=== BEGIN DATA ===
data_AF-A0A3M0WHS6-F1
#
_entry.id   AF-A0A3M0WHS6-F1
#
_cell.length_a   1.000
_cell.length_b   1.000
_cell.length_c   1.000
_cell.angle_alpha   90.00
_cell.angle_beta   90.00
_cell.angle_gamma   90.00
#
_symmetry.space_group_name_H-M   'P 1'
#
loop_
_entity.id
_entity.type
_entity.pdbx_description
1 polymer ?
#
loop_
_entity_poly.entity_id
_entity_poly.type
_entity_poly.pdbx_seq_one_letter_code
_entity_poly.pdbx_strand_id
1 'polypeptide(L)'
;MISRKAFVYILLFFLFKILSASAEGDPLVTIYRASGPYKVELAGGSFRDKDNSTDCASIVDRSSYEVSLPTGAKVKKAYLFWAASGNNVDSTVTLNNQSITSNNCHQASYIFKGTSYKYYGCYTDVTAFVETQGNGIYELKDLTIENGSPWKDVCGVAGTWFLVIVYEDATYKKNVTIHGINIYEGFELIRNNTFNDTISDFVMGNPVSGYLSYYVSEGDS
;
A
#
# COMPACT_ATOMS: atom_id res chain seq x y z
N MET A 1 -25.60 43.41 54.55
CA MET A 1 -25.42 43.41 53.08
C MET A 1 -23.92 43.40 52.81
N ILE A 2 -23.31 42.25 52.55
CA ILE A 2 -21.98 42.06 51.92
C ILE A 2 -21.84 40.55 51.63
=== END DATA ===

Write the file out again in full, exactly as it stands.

data_AF-A0A3M0WHS6-F1
#
_entry.id   AF-A0A3M0WHS6-F1
#
_cell.length_a   1.000
_cell.length_b   1.000
_cell.length_c   1.000
_cell.angle_alpha   90.00
_cell.angle_beta   90.00
_cell.angle_gamma   90.00
#
_symmetry.space_group_name_H-M   'P 1'
#
loop_
_entity.id
_entity.type
_entity.pdbx_description
1 polymer ?
#
loop_
_entity_poly.entity_id
_entity_poly.type
_entity_poly.pdbx_seq_one_letter_code
_entity_poly.pdbx_strand_id
1 'polypeptide(L)'
;MISRKAFVYILLFFLFKILSASAEGDPLVTIYRASGPYKVELAGGSFRDKDNSTDCASIVDRSSYEVSLPTGAKVKKAYLFWAASGNNVDSTVTLNNQSITSNNCHQASYIFKGTSYKYYGCYTDVTAFVETQGNGIYELKDLTIENGSPWKDVCGVAGTWFLVIVYEDATYKKNVTIHGINIYEGFELIRNNTFNDTISDFVMGNPVSGYLSYYVSEGDS
;
A
#
# COMPACT_ATOMS: atom_id res chain seq x y z
N MET A 1 -25.60 43.41 54.55
CA MET A 1 -25.42 43.41 53.08
C MET A 1 -23.92 43.40 52.81
N ILE A 2 -23.31 42.25 52.55
CA ILE A 2 -21.98 42.06 51.92
C ILE A 2 -21.84 40.55 51.63